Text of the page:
by Sam Rappaport
The last weekend of September will see thousands of jazz fans flocking to Hyde Park for the ninth annual Hyde Park Jazz Festival. Chicago’s finest jazz musicians will decorate the stages of various Hyde Park venues over the course of the free, two-day event. Perhaps the most anticipated concert of the festival, however, comes from a musician who has been a staple of the Hyde Park community since 1958—Willie Pickens.
Pickens will be closing out the weekend’s entertainment with a performance from the festival’s Wagner stage, located outside on The Midway Plaisance (1130 Midway Plaisance West). Pickens has performed every year in The Hyde Park Jazz Festival since its conception in 2007. He views the festival’s success as a sign that jazz has begun to thrive once again in Hyde Park. The lively jazz clubs of the 1950s and ’60s were what initially drew Pickens to Hyde Park from Milwaukee.
Since he can remember, Pickens has always been immersed in music.
“I was a song and dance man when I was 6 years old,” Pickens recalled while sitting in the living room of his Kimbark Ave. home, his residence since 1971. “I would perform around Milwaukee and the suburbs.”
His mother was an amateur pianist and played a large role in exposing him to various styles of music.
“Music was all around us,” Pickens remembered.
Though, when Pickens began chasing the sounds of Thelonious Monk, Bud Powell, Charlie Parker and Dizzy Gillespie, Milwaukee would not be able to hold him.
“At that time, Milwaukee was the polka capital of the world,” Pickens chuckled. “I was originally thinking about moving on up to New York, just working my way through the main cities. But I stayed here because the atmosphere was conducive to music. We had great musicians here, musicians that were shaping the landscape.”
Pickens recalled the Hyde Park he first moved to as varying greatly from the neighborhood he now calls home.
“This area has gotten, to an extent, more integrated, it used to be a lot more prejudiced,” Pickens said. “I can remember when I first came here and tried to rent an apartment and there wasn’t anything available. Then a white person came in and there was an apartment available right then—the same apartment. Even on my deed to this house, it said, ‘not to be sold to negroes.’ It wasn’t the law though, it was just what they desired.”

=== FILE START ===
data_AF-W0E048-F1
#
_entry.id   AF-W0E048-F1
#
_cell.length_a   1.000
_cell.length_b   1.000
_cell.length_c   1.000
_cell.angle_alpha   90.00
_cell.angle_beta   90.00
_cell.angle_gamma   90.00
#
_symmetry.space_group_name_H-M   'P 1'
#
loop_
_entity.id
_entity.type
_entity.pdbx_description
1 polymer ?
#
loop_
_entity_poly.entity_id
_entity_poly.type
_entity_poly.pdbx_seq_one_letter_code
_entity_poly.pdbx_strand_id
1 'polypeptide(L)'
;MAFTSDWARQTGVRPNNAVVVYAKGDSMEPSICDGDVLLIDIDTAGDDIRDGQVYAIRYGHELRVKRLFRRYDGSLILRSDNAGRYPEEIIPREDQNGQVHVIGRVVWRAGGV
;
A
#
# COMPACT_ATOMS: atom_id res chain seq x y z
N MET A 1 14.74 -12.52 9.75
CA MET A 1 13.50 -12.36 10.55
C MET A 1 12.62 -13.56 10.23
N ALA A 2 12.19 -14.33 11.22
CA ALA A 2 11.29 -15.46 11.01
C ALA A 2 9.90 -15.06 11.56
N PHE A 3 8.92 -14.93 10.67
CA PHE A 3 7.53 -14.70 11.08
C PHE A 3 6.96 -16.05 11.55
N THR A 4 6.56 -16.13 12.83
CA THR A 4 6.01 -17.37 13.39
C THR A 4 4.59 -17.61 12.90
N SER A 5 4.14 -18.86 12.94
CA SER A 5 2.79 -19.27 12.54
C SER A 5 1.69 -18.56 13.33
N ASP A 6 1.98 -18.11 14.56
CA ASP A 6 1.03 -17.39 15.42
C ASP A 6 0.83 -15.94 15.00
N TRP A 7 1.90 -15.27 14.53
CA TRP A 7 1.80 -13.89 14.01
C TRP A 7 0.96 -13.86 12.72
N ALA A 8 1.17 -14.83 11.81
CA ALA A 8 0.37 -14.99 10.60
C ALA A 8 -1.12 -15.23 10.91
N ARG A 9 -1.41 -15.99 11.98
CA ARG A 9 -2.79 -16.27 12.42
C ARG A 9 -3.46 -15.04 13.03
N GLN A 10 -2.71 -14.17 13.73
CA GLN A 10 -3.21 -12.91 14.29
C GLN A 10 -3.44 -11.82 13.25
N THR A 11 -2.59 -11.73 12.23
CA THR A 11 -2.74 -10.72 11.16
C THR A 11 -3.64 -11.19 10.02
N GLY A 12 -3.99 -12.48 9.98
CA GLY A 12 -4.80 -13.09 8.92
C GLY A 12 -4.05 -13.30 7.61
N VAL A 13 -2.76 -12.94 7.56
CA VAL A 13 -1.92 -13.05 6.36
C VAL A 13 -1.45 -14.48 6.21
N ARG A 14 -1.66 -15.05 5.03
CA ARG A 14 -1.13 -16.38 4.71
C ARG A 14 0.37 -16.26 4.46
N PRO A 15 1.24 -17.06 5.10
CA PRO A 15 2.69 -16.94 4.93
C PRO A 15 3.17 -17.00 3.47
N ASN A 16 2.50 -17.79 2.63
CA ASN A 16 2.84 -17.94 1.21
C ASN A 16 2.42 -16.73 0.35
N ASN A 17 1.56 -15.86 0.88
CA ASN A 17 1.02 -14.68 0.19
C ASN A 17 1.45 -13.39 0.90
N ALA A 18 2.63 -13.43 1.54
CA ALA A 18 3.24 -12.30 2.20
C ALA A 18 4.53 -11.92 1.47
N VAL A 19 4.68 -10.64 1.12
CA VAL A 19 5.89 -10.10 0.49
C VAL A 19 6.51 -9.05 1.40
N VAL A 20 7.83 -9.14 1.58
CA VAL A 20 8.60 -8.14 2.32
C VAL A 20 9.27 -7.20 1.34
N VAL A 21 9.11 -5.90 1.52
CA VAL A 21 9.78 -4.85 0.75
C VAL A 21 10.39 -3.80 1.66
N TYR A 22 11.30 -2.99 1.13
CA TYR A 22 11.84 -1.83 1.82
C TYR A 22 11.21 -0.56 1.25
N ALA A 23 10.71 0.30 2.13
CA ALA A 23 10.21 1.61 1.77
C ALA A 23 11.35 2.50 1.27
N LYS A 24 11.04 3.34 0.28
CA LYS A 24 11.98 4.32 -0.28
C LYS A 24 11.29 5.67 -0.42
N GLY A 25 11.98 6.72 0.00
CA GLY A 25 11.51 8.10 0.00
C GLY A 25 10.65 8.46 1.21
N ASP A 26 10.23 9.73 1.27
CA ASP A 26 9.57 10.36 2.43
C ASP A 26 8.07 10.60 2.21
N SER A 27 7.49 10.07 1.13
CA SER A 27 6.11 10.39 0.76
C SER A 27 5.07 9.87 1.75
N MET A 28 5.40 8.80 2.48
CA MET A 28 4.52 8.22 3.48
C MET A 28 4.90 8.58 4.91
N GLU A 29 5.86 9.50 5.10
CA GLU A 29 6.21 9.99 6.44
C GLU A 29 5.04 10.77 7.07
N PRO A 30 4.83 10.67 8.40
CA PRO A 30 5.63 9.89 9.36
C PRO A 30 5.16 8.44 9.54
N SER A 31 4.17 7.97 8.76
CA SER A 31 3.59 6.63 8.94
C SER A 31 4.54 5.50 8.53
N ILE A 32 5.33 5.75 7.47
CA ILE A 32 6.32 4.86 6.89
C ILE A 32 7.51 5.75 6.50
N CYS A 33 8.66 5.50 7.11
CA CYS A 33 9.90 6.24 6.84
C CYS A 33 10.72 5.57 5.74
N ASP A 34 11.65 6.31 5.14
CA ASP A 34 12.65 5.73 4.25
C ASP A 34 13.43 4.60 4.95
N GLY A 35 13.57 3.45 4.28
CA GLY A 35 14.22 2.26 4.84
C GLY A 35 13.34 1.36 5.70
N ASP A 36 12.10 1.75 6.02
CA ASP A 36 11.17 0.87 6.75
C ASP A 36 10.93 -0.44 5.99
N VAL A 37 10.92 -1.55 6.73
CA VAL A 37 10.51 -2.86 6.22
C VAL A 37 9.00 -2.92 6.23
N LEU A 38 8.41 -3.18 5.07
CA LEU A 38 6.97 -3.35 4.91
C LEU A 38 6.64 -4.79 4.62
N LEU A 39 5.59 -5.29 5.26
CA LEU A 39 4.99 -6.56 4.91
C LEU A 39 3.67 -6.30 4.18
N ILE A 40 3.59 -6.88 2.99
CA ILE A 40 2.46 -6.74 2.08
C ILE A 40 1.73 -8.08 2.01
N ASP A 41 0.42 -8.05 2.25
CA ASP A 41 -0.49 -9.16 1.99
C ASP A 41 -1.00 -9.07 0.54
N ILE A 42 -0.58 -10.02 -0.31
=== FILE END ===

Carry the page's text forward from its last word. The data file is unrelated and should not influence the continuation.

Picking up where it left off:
One of Pickens’ first steady gigs in Chicago was playing at the Jazz Showcase, 806 S. Plymouth Ct.
“That was good because a lot of great jazz artists came through there and I was able to back them,” Pickens said. “That was very lucrative.”
Pickens talks with a soft, even tone, pausing to look down before he speaks, as if filing through a large catalog of memories.
As well as remaining a constant force in Chicago’s jazz performance scene for over half a century, Pickens has also made himself into one of the city’s most respected jazz educators. Pickens taught high school band from 1966 through 1990 and currently teaches at Northern Illinois University, where he’s instructed for 20 years.
Pickens smiled when boasting of the young students he’s guided toward music scholarships at esteemed universities. Though, he acknowledged the difficulty in getting new generations to appreciate jazz.
“Jazz has always been an underground music,” Pickens said. “People want instant gratification. That’s not what you’ll get with jazz. You gotta love it to be in it.”
In Pickens’ view, jazz started to fade from Chicago in the 1970s to make way for more accessible styles.
“I think in the 1970s the interest was more with hip-hop and top 40s,” Pickens said. “It was actually good for me though because I was teaching school at the time.”
Yet, Pickens shared a positive outlook on the future of Jazz in Chicago in the coming years.
“It’s turned back around, it’s come back again,” Pickens said. “We’ve got a lot of great musicians now in Chicago. A lot of young people, some that I’ve trained, are coming out of the woodwork all over Chicago.”
Pickens sees The Hyde Park Jazz Festival as a part of this renaissance.
“I’m happy to see jazz come back into Hyde Park, and I’m very proud of the efforts of the people involved in making the Hyde Park Jazz Festival happen.”
Pickens performs on Sunday, Sept. 27, at 6 p.m. He’s looking forward to a performance that he hopes will bring people to their feet.
“I’m closing the festival up on the Midway, so I know that crowd out there—it’s a festive atmosphere, people want to dance around,” Pickens said. “I’ll play something rhythmic, something that makes people feel good.